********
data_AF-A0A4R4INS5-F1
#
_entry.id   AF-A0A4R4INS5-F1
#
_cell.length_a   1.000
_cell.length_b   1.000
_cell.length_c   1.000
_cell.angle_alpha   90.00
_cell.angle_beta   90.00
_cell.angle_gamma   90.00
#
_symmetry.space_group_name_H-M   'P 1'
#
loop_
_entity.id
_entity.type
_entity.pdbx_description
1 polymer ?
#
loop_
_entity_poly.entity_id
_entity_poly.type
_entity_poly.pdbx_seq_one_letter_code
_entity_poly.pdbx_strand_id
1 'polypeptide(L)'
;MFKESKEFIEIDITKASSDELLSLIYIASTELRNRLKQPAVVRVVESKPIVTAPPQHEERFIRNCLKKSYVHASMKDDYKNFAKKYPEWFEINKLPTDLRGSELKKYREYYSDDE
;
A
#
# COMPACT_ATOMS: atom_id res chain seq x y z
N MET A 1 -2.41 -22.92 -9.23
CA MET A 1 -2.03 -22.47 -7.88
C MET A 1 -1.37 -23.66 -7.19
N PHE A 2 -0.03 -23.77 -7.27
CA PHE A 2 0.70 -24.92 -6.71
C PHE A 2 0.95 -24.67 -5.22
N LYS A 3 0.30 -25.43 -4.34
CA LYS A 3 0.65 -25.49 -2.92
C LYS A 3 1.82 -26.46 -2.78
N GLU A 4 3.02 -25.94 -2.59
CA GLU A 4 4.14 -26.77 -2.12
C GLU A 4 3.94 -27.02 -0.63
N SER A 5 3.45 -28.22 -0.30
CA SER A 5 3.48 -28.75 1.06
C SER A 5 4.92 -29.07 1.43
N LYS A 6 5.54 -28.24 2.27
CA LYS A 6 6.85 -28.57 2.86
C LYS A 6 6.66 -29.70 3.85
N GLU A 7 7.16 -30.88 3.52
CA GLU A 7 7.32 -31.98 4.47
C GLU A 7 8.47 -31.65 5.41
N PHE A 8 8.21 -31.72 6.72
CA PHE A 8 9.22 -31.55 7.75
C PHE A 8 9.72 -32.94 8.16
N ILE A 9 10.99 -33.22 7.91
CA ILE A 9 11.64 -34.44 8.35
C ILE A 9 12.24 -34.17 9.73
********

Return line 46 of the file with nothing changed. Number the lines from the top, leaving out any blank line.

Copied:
N LYS A 6 5.54 -28.24 2.27